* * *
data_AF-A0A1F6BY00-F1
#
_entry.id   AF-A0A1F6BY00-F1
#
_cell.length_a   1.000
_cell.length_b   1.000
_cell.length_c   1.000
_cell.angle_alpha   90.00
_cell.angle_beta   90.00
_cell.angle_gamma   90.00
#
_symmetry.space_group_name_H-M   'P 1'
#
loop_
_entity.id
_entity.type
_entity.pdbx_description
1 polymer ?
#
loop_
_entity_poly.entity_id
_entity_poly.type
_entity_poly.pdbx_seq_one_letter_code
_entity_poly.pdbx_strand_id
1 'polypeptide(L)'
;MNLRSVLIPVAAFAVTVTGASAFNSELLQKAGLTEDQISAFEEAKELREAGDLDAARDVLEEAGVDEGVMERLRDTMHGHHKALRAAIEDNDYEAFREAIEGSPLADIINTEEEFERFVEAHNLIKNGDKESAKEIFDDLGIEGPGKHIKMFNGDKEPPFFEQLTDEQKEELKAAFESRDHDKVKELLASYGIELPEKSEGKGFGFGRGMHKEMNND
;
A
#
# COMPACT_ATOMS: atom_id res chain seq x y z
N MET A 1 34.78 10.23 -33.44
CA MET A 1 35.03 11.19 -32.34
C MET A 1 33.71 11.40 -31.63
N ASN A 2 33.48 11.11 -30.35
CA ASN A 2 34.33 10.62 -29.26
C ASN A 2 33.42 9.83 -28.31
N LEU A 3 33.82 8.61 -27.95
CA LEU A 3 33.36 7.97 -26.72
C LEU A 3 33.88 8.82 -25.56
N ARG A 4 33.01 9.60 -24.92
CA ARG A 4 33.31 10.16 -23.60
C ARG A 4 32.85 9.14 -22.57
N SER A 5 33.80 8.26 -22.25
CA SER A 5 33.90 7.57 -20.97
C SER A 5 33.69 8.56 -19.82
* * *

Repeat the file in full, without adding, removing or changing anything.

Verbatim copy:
data_AF-A0A1F6BY00-F1
#
_entry.id   AF-A0A1F6BY00-F1
#
_cell.length_a   1.000
_cell.length_b   1.000
_cell.length_c   1.000
_cell.angle_alpha   90.00
_cell.angle_beta   90.00
_cell.angle_gamma   90.00
#
_symmetry.space_group_name_H-M   'P 1'
#
loop_
_entity.id
_entity.type
_entity.pdbx_description
1 polymer ?
#
loop_
_entity_poly.entity_id
_entity_poly.type
_entity_poly.pdbx_seq_one_letter_code
_entity_poly.pdbx_strand_id
1 'polypeptide(L)'
;MNLRSVLIPVAAFAVTVTGASAFNSELLQKAGLTEDQISAFEEAKELREAGDLDAARDVLEEAGVDEGVMERLRDTMHGHHKALRAAIEDNDYEAFREAIEGSPLADIINTEEEFERFVEAHNLIKNGDKESAKEIFDDLGIEGPGKHIKMFNGDKEPPFFEQLTDEQKEELKAAFESRDHDKVKELLASYGIELPEKSEGKGFGFGRGMHKEMNND
;
A
#
# COMPACT_ATOMS: atom_id res chain seq x y z
N MET A 1 34.78 10.23 -33.44
CA MET A 1 35.03 11.19 -32.34
C MET A 1 33.71 11.40 -31.63
N ASN A 2 33.48 11.11 -30.35
CA ASN A 2 34.33 10.62 -29.26
C ASN A 2 33.42 9.83 -28.31
N LEU A 3 33.82 8.61 -27.95
CA LEU A 3 33.36 7.97 -26.72
C LEU A 3 33.88 8.82 -25.56
N ARG A 4 33.01 9.60 -24.92
CA ARG A 4 33.31 10.16 -23.60
C ARG A 4 32.85 9.14 -22.57
N SER A 5 33.80 8.26 -22.25
CA SER A 5 33.90 7.57 -20.97
C SER A 5 33.69 8.56 -19.82